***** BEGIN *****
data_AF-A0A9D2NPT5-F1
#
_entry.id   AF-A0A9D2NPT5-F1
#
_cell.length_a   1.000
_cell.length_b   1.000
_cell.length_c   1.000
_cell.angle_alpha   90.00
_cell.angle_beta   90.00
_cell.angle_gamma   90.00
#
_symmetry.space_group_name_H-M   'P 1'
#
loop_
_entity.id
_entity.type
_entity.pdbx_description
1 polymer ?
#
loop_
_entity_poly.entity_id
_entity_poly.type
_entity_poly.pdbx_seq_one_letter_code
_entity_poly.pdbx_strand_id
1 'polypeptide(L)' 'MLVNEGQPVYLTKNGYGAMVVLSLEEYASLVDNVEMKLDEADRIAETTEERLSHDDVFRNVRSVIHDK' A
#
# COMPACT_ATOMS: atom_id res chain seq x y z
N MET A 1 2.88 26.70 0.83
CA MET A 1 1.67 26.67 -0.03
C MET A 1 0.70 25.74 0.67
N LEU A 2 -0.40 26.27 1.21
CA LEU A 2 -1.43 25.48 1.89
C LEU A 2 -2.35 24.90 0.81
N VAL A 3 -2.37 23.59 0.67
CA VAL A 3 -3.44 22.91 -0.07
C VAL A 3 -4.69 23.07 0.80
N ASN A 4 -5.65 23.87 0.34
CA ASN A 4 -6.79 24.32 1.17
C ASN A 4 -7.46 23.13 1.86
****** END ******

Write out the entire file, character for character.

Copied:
data_AF-A0A9D2NPT5-F1
#
_entry.id   AF-A0A9D2NPT5-F1
#
_cell.length_a   1.000
_cell.length_b   1.000
_cell.length_c   1.000
_cell.angle_alpha   90.00
_cell.angle_beta   90.00
_cell.angle_gamma   90.00
#
_symmetry.space_group_name_H-M   'P 1'
#
loop_
_entity.id
_entity.type
_entity.pdbx_description
1 polymer ?
#
loop_
_entity_poly.entity_id
_entity_poly.type
_entity_poly.pdbx_seq_one_letter_code
_entity_poly.pdbx_strand_id
1 'polypeptide(L)' 'MLVNEGQPVYLTKNGYGAMVVLSLEEYASLVDNVEMKLDEADRIAETTEERLSHDDVFRNVRSVIHDK' A
#
# COMPACT_ATOMS: atom_id res chain seq x y z
N MET A 1 2.88 26.70 0.83
CA MET A 1 1.67 26.67 -0.03
C MET A 1 0.70 25.74 0.67
N LEU A 2 -0.40 26.27 1.21
CA LEU A 2 -1.43 25.48 1.89
C LEU A 2 -2.35 24.90 0.81
N VAL A 3 -2.37 23.59 0.67
CA VAL A 3 -3.44 22.91 -0.07
C VAL A 3 -4.69 23.07 0.80
N ASN A 4 -5.65 23.87 0.34
CA ASN A 4 -6.79 24.32 1.17
C ASN A 4 -7.46 23.13 1.86